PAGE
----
p u l p i t t om hol l a n d

Here Be Griffins

There is always a particular pleasure in being asked to review a book that you were planning to buy anyway. I was sent Stephanie Dalley’s The Mystery of the Hanging Garden of Babylon by this magazine a few months ago, but had been waiting to read it for much longer than that. The book’s argument – that the Hanging Garden supposedly built by Nebuchadnezzar had in fact been located further north, in the Assyrian city of Nineveh – was not new to me. A few years earlier, while researching a book of my own on the Persian Wars, I had come across an essay by Dalley intriguingly entitled ‘Why Did Herodotus not Mention the Hanging Gardens of Babylon?’ I read on with a feverish interest. Much was hanging for me (as it were) on the answer that the article gave.

The reason for this is that the absence of the Hanging Gardens from Herodotus’s Histories has all kinds of implications for anyone attempting to evaluate the character and reliability of the world’s first work of history. Babylon features prominently in it. Describing how the city fell to the Persians, Herodotus is prompted – not for the first time – to a digression. ‘It is not only sheer size that renders Babylon unique,’ he informs his readers, ‘but its design as well: the city is unlike any other.’ He then launches himself into a detailed survey of its manifold wonders. Archaeology has backed up the accuracy of much of what he reports. Missing from his account, though, is any mention of a hanging garden. From this it has generally been assumed that he could not have visited Babylon. Dalley’s thesis suggests an alternative possibility. The reason that Herodotus did not see the Hanging Garden when he visited Babylon is because it was never there in the first place.

This may seem recondite stuff. Why should it matter to anyone outside a tiny group of specialists whether a Greek writer in the fifth century BC paid a visit to Mesopotamia or not? There is a sense, though, in which it has implications for anyone interested in the nature of non-fiction. Herodotus is not just the ‘Father of History’. The Greek word from which we derive ‘history’, at the time when he used it to describe what he was attempting, meant not a study of the past, but simply ‘enquiry’ – and though there is certainly no lack of history in his great work, there is also plenty of geography, ethnography and zoology. It is, in effect, where the very notion of non-fiction begins. All of us who write it have a touch of Herodotus in our DNA.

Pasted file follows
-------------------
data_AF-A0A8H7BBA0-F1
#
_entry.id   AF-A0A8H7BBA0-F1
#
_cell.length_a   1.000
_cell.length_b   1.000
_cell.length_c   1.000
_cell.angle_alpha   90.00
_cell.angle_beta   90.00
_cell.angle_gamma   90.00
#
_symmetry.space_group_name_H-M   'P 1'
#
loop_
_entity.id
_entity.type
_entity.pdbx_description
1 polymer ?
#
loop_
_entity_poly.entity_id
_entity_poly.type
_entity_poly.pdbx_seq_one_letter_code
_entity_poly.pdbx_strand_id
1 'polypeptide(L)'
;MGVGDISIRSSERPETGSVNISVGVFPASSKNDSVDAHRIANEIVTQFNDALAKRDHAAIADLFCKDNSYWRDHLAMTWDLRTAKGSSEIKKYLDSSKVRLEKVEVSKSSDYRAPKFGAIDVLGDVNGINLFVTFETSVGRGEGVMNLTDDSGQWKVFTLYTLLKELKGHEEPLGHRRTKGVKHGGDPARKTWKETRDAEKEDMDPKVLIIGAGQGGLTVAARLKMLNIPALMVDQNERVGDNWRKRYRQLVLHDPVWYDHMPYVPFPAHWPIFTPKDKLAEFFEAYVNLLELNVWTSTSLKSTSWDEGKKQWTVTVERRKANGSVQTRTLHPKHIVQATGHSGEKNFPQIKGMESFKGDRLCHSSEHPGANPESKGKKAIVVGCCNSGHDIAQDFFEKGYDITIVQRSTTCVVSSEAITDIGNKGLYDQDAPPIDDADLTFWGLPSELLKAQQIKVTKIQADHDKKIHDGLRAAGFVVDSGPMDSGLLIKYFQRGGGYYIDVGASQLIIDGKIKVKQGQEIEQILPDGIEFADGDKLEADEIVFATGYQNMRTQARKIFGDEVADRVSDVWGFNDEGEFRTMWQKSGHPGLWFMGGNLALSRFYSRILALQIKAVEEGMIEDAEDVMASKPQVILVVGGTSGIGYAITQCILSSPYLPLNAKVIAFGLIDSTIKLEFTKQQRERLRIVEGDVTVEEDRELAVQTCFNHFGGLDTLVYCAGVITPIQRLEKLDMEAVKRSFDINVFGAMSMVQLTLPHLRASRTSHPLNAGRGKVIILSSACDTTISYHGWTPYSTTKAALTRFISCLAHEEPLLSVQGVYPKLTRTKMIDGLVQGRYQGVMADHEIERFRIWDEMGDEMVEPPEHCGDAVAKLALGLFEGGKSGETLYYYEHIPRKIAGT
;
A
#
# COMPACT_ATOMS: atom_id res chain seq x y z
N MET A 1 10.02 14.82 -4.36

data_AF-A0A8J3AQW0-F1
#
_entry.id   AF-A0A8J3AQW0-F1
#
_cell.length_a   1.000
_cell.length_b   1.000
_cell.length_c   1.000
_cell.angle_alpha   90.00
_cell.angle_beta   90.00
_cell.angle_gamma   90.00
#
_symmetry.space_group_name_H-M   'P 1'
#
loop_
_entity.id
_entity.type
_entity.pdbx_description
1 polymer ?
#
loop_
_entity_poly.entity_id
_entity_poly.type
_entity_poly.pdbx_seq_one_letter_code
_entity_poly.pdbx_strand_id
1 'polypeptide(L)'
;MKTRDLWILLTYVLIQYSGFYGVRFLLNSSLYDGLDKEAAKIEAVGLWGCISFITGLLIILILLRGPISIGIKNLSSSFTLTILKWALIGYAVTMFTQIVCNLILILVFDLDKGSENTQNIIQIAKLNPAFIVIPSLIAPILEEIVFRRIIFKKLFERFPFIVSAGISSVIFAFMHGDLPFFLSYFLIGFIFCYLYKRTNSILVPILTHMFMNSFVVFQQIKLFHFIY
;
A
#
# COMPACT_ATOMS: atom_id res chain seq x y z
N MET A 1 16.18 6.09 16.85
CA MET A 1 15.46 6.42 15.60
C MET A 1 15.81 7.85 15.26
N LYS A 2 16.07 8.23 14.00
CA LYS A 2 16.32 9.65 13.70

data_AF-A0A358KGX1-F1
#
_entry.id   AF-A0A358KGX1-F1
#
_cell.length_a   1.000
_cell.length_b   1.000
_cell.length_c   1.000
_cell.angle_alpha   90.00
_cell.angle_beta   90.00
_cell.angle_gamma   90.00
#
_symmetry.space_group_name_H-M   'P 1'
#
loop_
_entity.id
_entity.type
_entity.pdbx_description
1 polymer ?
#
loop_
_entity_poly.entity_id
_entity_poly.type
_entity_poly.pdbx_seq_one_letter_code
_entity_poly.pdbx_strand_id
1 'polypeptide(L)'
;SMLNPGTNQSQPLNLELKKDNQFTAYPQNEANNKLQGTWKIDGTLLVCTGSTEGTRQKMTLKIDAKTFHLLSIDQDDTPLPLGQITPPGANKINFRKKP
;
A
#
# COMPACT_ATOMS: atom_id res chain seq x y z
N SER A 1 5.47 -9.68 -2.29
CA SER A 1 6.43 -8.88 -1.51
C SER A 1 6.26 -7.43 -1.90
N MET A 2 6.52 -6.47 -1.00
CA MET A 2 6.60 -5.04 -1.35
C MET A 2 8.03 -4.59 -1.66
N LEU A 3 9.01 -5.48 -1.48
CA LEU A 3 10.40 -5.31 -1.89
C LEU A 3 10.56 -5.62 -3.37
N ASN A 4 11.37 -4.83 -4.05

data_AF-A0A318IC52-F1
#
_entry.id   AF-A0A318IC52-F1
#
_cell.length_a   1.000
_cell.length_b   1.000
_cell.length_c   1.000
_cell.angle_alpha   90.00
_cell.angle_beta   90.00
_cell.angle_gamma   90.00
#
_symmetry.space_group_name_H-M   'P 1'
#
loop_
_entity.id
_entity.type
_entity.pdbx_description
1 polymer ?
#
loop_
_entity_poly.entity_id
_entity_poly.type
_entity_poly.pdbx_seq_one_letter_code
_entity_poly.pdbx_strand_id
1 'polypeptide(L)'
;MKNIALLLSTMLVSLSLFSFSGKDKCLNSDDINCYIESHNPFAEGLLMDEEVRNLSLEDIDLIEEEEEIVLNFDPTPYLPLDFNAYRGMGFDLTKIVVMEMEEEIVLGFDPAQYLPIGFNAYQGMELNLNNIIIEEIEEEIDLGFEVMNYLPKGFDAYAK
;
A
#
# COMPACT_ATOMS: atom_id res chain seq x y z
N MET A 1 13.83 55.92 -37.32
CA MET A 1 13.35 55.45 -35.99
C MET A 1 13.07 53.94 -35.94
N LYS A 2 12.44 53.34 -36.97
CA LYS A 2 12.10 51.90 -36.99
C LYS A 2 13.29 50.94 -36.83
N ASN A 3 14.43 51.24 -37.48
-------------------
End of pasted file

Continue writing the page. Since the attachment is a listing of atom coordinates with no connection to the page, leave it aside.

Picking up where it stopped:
But if he did not visit Babylon, what then? Clearly, it would put a serious question mark over the reliability of pretty much everything he has to say about the city. Not only that, but it would also raise the possibility that his reports on other places – Egypt, say, or Tyre – are similarly fantastical. Herodotus would be closer in character to Calvino’s Marco Polo, relating details of cities he had never visited to Kublai Khan, than to anything we would recognise as a writer of non-fiction. His researches, the German scholar Detlev Fehling has argued, were dependent on sources that Herodotus himself knew were thoroughly conjectural. That being so, ‘he was not bound to repeat his sources faithfully; he could always replace one conjecture by another or vary it ’. Herodotus was less the Father of History than the Heir of Homer.

Or perhaps he was both. Most scholars accept that Herodotus’s great work was indeed what he claimed it to be: an authentic enquiry. It has become widely accepted that it represented an attempt to push back the frontiers of knowledge, concurrent with the beginnings elsewhere in Greek intellectual circles of what we would now call ‘science’. The ‘liar school’, as Fehling and his followers are known, has not had many adherents. As for myself, and for what it is worth, I find Dalley’s relocation of the Hanging Garden to Nineveh convincing. I think, on balance, that Herodotus did visit Babylon. I wrote Persian Fire, my book on the Persian Wars, in the conviction that he can, in the main, be trusted. Nevertheless, we can never hope to know for certain the limits of Herodotus’s reliability – and it is in that dimension of doubt that his truest significance as the Father of History, and indeed non-fiction, lies.

My experience over the past five years of translating Herodotus while simultaneously writing history of my own has brought this very clearly into focus. What is it to question the truth of what he tells us, if not to adopt his own methodology? ‘I have drawn upon things that I myself witnessed, upon my own reasoning and upon my research.’ This reliance upon the scrupulous sifting and weighing of sources, which historians today take for granted, was something radical and pioneering when Herodotus adopted it. At the same time, though, he recognised its limitations. There were times when basic accuracy, let alone certainty, was impossible. This too is a part of Herodotus’s legacy to modern historians. The best non-fiction, it seems to me, never ceases to question received wisdom and to test the basis of what can be known – and yet, at the same time, to rest content, when absolutely necessary, with uncertainty. The most wondrous of the wonders in The Histories reflects precisely this paradox. The giant ants and griffins that occupy the distant margins of the world as Herodotus conceived it also occupy that indeterminate frontier between what can and cannot be known. All those who find themselves probing that boundary and exploring its limits are following in his footsteps. ‘Although it is incumbent on me to state what I am told,’ he wrote, ‘I am under no obligation to believe it entirely – something that is true for the whole of my narrative.’ Doubt as well as certainty is a part of Herodotus’s legacy to us all. ❒

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